* hour, or running scheduled maintenance every day at a particular
		 * time. It is also appropriate for recurring activities where the total
		 * time to perform a fixed number of executions is important, such as a
		 * countdown timer that ticks once every second for ten seconds.
		 * Finally, fixed-rate execution is appropriate for scheduling multiple
		 * repeating timer tasks that must remain synchronized with respect to
		 * one another.
		 *
		 *
		 * Parameters:
		 * task - task to be scheduled.
		 * firstTime - First time at which task is to be executed.
		 * period - time in milliseconds between successive task executions.
		 * Throws: IllegalArgumentException - if
		 * time.getTime() is negative. IllegalStateException - if task was
		 * already scheduled or cancelled, timer was cancelled, or timer thread
		 * terminated.
		 */
		timer.scheduleAtFixedRate(scheduledTask, getFirstRunTime(),FREQUENCY_ONE_DAY);
	}

	/**
	 * Implements TimerTask's abstract run() method.
	 */
	public void run() {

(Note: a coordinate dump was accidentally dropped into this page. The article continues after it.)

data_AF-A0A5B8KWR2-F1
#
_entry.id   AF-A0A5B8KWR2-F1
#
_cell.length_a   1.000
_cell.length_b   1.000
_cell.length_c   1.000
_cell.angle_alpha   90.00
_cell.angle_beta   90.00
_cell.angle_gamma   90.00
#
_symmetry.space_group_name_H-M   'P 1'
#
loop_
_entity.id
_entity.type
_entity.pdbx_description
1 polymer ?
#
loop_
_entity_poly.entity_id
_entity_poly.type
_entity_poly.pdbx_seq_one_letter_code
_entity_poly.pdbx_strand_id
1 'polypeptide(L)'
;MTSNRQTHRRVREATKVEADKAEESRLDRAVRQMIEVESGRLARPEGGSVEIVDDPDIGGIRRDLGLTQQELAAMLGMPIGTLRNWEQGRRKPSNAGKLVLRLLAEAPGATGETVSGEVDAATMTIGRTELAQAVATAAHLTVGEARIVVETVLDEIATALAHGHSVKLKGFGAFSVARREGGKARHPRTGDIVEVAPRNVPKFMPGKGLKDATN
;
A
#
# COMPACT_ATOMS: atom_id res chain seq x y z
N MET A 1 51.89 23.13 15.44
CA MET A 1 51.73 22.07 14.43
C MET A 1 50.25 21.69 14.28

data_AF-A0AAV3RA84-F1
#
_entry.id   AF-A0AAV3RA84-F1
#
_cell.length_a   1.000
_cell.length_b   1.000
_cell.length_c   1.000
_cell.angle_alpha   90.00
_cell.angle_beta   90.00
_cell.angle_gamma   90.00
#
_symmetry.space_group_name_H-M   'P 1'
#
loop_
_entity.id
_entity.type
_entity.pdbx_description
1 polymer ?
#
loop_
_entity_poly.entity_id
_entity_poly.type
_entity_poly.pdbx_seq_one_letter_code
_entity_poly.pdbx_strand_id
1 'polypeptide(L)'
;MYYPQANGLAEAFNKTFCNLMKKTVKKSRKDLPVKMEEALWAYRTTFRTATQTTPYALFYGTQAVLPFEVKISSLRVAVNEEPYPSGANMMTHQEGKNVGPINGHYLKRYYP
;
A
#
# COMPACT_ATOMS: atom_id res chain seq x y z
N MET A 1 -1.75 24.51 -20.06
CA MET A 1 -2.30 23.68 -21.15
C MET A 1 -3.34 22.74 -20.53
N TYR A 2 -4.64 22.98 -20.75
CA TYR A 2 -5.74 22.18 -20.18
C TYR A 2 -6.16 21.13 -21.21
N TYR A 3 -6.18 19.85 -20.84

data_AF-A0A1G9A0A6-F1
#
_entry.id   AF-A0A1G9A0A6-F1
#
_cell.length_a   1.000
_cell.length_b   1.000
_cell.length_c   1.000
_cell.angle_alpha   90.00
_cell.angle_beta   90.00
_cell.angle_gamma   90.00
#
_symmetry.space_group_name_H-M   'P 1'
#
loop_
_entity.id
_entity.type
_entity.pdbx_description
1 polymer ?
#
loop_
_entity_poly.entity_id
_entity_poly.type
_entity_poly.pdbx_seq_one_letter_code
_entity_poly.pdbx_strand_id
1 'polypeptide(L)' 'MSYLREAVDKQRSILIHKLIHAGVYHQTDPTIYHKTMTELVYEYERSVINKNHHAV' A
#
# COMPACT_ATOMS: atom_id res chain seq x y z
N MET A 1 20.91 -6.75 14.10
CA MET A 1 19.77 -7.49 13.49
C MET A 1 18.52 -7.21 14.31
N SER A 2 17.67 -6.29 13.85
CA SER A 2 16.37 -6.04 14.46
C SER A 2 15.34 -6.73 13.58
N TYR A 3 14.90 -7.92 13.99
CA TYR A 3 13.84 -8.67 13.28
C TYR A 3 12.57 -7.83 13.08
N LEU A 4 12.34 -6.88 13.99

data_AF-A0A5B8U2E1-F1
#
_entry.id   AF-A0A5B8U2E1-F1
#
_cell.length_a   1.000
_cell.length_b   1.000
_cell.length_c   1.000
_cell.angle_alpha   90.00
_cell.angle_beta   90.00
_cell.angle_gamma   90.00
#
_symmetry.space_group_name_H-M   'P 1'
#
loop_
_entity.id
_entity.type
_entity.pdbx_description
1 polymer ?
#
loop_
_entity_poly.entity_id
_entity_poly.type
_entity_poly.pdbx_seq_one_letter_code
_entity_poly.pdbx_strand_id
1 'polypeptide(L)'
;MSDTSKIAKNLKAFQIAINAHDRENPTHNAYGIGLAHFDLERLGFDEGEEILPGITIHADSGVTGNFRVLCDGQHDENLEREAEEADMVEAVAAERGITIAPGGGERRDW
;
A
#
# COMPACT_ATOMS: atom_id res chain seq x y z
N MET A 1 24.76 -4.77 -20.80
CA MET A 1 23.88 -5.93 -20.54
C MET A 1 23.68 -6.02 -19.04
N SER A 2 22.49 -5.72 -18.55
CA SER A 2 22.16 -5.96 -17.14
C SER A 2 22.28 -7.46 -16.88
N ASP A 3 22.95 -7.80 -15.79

System.out.println("Doing some task..."+new Date());
	}

	/**
	 * Create a time when scheduler needs to run first
	 */
	private static Date getFirstRunTime() {
		/**
		 * Get Today's Calendar
		 */
		Calendar tomorrow = new GregorianCalendar();
		/**
		 * Add one day to get tomorrow's calendar
		 */
		tomorrow.add(Calendar.DATE, ONE_DAY);
		/**
		 * Set the scheduled time for tomorrow.
		 */
		Calendar firstRunTime = new GregorianCalendar(
				tomorrow.get(Calendar.YEAR),
				tomorrow.get(Calendar.MONTH),
				tomorrow.get(Calendar.DATE),
				HOUR_AM,
				MINUTES);

		return firstRunTime.getTime();
	}
}

What Makes An Agile Story Good? It’s the INVESTment.

When you are writing the agile stories, what features do you consider to make them good? There is this INVEST principal, which guides you to analyze if your stories are good enough. The acronym INVEST can be expanded to very important features that an agile story needs to have. Although achieving this might not always be possible, it’s the best way that works on most of the cases.